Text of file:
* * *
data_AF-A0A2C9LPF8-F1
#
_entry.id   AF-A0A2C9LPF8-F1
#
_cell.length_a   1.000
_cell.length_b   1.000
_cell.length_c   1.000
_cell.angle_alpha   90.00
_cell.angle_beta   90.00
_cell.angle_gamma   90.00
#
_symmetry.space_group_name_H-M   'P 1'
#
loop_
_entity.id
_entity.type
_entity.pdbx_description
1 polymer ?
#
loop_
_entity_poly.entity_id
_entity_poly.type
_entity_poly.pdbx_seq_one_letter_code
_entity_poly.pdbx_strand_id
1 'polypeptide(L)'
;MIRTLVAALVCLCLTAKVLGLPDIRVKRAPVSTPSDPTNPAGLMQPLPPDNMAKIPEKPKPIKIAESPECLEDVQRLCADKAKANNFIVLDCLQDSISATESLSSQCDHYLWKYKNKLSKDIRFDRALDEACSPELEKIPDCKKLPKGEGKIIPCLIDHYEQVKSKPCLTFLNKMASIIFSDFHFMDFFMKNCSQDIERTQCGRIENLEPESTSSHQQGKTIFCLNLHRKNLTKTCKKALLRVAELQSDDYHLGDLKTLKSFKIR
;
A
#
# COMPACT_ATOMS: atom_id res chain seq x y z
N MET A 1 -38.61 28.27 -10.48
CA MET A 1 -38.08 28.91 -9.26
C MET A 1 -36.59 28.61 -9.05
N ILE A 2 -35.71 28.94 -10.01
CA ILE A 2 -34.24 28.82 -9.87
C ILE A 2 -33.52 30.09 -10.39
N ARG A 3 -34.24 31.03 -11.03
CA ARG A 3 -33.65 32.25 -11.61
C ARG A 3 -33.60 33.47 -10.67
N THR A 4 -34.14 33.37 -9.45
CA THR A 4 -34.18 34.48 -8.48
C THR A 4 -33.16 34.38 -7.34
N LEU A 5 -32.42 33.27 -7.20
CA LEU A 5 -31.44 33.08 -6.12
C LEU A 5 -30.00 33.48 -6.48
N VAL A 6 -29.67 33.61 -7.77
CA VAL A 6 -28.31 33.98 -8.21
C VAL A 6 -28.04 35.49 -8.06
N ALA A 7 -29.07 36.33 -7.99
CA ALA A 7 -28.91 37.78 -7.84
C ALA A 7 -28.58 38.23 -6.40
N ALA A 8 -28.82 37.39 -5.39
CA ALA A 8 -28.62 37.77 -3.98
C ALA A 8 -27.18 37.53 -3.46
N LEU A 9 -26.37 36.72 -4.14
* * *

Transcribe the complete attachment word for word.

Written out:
data_AF-A0A2C9LPF8-F1
#
_entry.id   AF-A0A2C9LPF8-F1
#
_cell.length_a   1.000
_cell.length_b   1.000
_cell.length_c   1.000
_cell.angle_alpha   90.00
_cell.angle_beta   90.00
_cell.angle_gamma   90.00
#
_symmetry.space_group_name_H-M   'P 1'
#
loop_
_entity.id
_entity.type
_entity.pdbx_description
1 polymer ?
#
loop_
_entity_poly.entity_id
_entity_poly.type
_entity_poly.pdbx_seq_one_letter_code
_entity_poly.pdbx_strand_id
1 'polypeptide(L)'
;MIRTLVAALVCLCLTAKVLGLPDIRVKRAPVSTPSDPTNPAGLMQPLPPDNMAKIPEKPKPIKIAESPECLEDVQRLCADKAKANNFIVLDCLQDSISATESLSSQCDHYLWKYKNKLSKDIRFDRALDEACSPELEKIPDCKKLPKGEGKIIPCLIDHYEQVKSKPCLTFLNKMASIIFSDFHFMDFFMKNCSQDIERTQCGRIENLEPESTSSHQQGKTIFCLNLHRKNLTKTCKKALLRVAELQSDDYHLGDLKTLKSFKIR
;
A
#
# COMPACT_ATOMS: atom_id res chain seq x y z
N MET A 1 -38.61 28.27 -10.48
CA MET A 1 -38.08 28.91 -9.26
C MET A 1 -36.59 28.61 -9.05
N ILE A 2 -35.71 28.94 -10.01
CA ILE A 2 -34.24 28.82 -9.87
C ILE A 2 -33.52 30.09 -10.39
N ARG A 3 -34.24 31.03 -11.03
CA ARG A 3 -33.65 32.25 -11.61
C ARG A 3 -33.60 33.47 -10.67
N THR A 4 -34.14 33.37 -9.45
CA THR A 4 -34.18 34.48 -8.48
C THR A 4 -33.16 34.38 -7.34
N LEU A 5 -32.42 33.27 -7.20
CA LEU A 5 -31.44 33.08 -6.12
C LEU A 5 -30.00 33.48 -6.48
N VAL A 6 -29.67 33.61 -7.77
CA VAL A 6 -28.31 33.98 -8.21
C VAL A 6 -28.04 35.49 -8.06
N ALA A 7 -29.07 36.33 -7.99
CA ALA A 7 -28.91 37.78 -7.84
C ALA A 7 -28.58 38.23 -6.40
N ALA A 8 -28.82 37.39 -5.39
CA ALA A 8 -28.62 37.77 -3.98
C ALA A 8 -27.18 37.53 -3.46
N LEU A 9 -26.37 36.72 -4.14